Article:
Sunday, December 28, 2014

2014 in Pictures

It’s time to say farewell to another calendar year and it’s a good time to reflect on what nature has given us.

I enjoy appreciating the beautiful flora and fauna that surround us. Each day is an opportunity to spy something beautiful.

Like this fluffy feather I found in January, resting lightly on an old leaf. Taking more pictures over the last few years has given me a keener awareness of objects and natural objects are especially compelling.

Erythronium umbilicatum

Of course appreciating the early February flowers of trout lily (Erythronium umbilicatum) is always high on my list.

These small hardy flowers come from teardrop-shaped bulbs. They grow in rich woodlands and can sometimes provide a carpet of speckled leaves. I have brought a few into my woodland. It's fun to look for the early leaves as they unfurl above the old leaves and pine needles.

While taking pictures for a spring maple post, I heard a loud pounding and looked up to find a beautiful pileated woodpecker in the trees above.

I love these happenstance moments. It’s not my best picture (he moved fast), but it is a happy memory.

March found me in the Okefenkokee Swamp, enthralled with the unique environments found there. I was participating in the annual Spring Wildflower Pilgrimage hosted by the Georgia Botanical Society.  

Okefenokee Swamp

Mining bee

This was a year of great bee interest for me and this little lady was the first one of the year. I spotted this bee going in and out of the ground and realized I had found a ground-nesting solitary bee, the first I had ever seen in my yard.

The folks on BugGuide kindly identified it as a type of mining bee (Andrena). I did some checking on my own first and had already decided I thought it might be that so I was really happy to have my id confirmed.

Wild quinine (Parthenium integrifolium)  with new camera

In May I decided to stretch myself by getting a new camera that would allow me to explore the option of manual focus while still have auto focus functionality too. After some family-assisted research, I bought a Nikon D3300.

Slender bluet damselfly

In the absence of most butterflies this year, other bugs got more attention. It seemed to be a bonus year for dragonflies and damselflies and I identified quite a few different species.

I was excited to find a spicebush caterpillar for the first time ever on my spicebush (Lindera benzoin) and I found a tortoise beetle on a morning glory vine.

Spicebush swallowtail

Golden tortoise beetle

Discovering new plants in the yard where I have lived for 11 years is always a surprise. Where did this milkvine come from? Ok, if you know me then you probably know that I rescue a lot of plants and bring in strange dirt as a result. A seed could have come along.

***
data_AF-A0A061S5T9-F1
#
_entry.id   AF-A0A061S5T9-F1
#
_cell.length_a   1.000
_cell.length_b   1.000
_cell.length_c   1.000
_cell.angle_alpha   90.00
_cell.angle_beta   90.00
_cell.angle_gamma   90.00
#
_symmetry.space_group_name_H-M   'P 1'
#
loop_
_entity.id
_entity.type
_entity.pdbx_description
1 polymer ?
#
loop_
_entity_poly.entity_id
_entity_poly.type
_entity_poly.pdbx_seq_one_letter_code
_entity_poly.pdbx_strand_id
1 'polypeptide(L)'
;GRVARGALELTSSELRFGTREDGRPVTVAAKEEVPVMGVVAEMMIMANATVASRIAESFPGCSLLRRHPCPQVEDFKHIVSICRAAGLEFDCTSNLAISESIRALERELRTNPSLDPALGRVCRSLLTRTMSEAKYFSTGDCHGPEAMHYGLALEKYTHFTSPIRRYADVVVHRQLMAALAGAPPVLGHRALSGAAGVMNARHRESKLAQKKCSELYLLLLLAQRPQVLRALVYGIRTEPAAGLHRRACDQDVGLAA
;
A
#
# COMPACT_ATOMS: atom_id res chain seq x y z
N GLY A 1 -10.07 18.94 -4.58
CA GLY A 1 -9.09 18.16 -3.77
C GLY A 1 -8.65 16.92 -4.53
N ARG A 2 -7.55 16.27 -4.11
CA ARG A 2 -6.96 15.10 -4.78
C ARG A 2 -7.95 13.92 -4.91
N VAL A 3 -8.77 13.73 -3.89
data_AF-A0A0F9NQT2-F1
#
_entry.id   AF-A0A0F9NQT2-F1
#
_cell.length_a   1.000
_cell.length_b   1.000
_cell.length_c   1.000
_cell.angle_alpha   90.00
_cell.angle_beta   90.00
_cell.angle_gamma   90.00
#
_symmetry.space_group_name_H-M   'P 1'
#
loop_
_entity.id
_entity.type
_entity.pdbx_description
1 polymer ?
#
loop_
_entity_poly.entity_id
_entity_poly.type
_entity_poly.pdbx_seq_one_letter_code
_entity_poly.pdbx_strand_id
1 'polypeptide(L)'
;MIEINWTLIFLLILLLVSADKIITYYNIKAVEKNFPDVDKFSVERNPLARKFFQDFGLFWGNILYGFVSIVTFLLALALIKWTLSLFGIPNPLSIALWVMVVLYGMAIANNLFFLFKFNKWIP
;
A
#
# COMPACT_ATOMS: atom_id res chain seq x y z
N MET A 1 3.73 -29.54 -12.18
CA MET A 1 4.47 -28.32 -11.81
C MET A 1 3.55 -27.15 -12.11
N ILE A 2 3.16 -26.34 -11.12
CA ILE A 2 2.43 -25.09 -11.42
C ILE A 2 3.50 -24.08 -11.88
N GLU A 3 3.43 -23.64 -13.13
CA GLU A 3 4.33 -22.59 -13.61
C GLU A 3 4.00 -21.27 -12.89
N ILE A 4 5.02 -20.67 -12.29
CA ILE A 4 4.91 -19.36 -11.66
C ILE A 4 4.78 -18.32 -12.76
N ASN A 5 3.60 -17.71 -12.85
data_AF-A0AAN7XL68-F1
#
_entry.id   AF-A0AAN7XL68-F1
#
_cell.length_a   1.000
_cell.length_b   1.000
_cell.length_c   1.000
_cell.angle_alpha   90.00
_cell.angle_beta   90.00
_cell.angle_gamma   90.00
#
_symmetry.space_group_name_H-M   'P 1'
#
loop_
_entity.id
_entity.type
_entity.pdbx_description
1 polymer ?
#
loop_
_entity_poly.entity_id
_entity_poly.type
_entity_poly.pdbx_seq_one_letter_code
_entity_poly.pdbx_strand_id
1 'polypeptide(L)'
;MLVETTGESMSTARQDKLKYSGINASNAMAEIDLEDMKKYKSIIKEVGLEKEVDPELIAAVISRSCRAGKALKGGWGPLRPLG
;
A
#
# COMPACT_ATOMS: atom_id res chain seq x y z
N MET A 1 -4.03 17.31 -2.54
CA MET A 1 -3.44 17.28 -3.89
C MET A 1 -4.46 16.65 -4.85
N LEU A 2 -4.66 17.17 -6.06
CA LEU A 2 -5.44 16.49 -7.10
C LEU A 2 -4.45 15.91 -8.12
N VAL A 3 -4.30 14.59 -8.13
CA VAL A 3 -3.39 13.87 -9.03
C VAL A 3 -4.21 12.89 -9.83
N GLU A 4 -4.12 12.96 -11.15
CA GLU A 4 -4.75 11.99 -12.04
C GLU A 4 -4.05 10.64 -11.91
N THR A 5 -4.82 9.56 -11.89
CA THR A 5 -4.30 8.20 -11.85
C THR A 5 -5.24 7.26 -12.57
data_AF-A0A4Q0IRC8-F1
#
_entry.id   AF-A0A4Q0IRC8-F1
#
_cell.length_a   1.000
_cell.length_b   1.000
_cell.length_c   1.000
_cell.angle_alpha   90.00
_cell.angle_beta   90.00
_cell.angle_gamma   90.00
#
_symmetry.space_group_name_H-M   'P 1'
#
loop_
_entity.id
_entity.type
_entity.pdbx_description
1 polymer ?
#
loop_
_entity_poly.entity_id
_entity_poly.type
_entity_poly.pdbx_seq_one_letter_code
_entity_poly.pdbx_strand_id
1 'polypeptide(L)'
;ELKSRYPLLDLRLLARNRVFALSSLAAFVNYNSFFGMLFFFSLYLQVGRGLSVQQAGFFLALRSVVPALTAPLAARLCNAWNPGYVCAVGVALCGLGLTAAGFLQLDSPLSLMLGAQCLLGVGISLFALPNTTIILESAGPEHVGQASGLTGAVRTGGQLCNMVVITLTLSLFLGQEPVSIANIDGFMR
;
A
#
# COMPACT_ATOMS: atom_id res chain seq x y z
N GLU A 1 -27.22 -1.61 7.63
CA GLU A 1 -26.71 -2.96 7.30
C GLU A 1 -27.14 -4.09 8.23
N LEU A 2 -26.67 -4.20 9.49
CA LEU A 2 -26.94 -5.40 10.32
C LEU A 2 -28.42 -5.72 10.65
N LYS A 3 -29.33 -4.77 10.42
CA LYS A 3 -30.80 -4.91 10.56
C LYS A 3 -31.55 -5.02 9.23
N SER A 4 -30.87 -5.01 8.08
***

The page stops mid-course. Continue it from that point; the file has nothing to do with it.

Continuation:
Milkvine (Matelea gonocarpos
Sometimes new plants are from friends. This Heuchera villosa was a gift from a friend; it bloomed in August this year for the first time. I thought it was very pretty on the porch, keeping company with the fern in the kitty cat planter.

Heuchera villosa
As you all know, this was an uncertain year for the monarch butterfly. I always felt that monarchs that came through Georgia on the way south only wanted nectar. This year I found out I was wrong.

Monarch nectaring on Mexican milkweed Oct 11th
I don’t often take a trip up to the North Georgia mountains to see the fall color, but this year I did. Several of us went to visit friends for lunch and the day was beautiful all around. 

Viburnum acerifolium with fruit
Oak leaves in North Georgia

As the end of the year approached, I was anxious to get another Georgia State Park visit under my belt. Too much time goes by without getting out to explore these marvelous places. I took one of my remaining vacation days and went down to Providence Canyon State Park with my daughter. The lead picture of this post (with our boots) is actually from that trip. I'll have to do a full post of that trip, but here's a preview of the amazing scenery there.

Providence Canyon State Park 

Best wishes to all for a Happy New Year.

Let's use more native plants in our projects in the year ahead and get out there and enjoy the nature we have.


  1. Just wanted to thank you for your dedication in sharing the native flora and fauna of Georgia. I look forward each week to your blog posts, and never fail to learn or see something new!

  2. I agree! I also look forward eagerly to your posts every week. Please keep them coming!

  3. I'm sure you would be humbled by these statements of appreciation, Ellen. You would probably say something like, "All I do is take my lead from nature itself. I merely record what is there from week to week." But I know that selecting, organizing and presenting is a major task, even if Mother Nature "hands" it to you. So I can only join the chorus and say, "Good work, and keep on keeping on as long as the energy is there!"

  4. Did you really forget where the matelea came from?
    You should also have a matelea carolinensis... and possibly even a yellow flowering form...

  5. Was it YOU? It was in such an odd place, but then I plant things in odd places. I'll keep looking for your treasures. :)